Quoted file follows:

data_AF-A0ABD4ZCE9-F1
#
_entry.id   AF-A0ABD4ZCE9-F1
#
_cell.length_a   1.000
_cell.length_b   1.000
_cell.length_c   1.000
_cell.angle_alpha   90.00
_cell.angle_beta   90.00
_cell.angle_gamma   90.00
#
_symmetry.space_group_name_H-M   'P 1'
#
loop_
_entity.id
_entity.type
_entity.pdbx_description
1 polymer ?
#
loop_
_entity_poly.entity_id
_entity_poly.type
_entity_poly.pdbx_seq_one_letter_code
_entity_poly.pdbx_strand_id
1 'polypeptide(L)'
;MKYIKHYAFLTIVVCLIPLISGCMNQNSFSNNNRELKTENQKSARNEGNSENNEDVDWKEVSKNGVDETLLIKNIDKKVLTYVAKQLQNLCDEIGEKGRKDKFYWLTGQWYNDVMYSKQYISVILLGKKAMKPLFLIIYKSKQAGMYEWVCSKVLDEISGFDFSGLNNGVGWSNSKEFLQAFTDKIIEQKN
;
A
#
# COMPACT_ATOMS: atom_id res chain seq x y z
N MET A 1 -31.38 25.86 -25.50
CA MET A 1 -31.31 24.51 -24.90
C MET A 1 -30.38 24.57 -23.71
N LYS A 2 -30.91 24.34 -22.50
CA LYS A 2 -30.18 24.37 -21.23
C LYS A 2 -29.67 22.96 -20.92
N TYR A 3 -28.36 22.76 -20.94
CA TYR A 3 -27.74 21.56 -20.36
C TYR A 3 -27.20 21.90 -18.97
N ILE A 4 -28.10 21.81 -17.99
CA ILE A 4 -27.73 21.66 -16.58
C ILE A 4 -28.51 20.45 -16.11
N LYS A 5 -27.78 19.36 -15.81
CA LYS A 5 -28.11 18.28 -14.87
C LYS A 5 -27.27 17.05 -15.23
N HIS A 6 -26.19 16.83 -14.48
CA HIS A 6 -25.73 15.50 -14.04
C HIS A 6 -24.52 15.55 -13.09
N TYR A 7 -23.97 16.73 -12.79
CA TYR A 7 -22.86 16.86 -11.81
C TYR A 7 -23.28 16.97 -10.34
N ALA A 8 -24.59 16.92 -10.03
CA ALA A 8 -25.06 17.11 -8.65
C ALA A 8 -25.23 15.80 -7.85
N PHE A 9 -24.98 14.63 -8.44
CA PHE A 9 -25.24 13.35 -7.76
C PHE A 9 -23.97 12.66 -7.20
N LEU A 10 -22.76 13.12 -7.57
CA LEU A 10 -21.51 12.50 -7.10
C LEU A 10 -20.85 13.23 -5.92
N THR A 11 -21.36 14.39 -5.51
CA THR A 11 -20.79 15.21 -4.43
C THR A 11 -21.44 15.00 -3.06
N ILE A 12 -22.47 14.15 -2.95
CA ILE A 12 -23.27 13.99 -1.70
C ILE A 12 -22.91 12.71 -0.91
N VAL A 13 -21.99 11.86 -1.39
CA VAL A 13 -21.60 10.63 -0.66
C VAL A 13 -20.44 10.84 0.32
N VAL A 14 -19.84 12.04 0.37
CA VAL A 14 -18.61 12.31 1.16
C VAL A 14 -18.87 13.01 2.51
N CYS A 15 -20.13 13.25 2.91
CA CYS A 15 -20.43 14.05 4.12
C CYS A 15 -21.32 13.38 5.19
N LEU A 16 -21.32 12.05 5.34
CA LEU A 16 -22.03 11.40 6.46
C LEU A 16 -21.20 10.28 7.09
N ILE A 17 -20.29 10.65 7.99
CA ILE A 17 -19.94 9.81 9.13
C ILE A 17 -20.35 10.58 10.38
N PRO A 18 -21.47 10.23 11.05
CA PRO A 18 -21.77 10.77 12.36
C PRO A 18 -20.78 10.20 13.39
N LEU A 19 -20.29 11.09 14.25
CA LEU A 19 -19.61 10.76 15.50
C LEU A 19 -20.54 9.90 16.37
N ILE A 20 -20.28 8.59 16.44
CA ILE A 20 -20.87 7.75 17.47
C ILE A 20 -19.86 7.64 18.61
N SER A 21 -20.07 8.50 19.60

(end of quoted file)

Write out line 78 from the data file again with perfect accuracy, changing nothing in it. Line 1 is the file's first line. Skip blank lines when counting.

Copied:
C LEU A 16 -21.20 10.28 7.09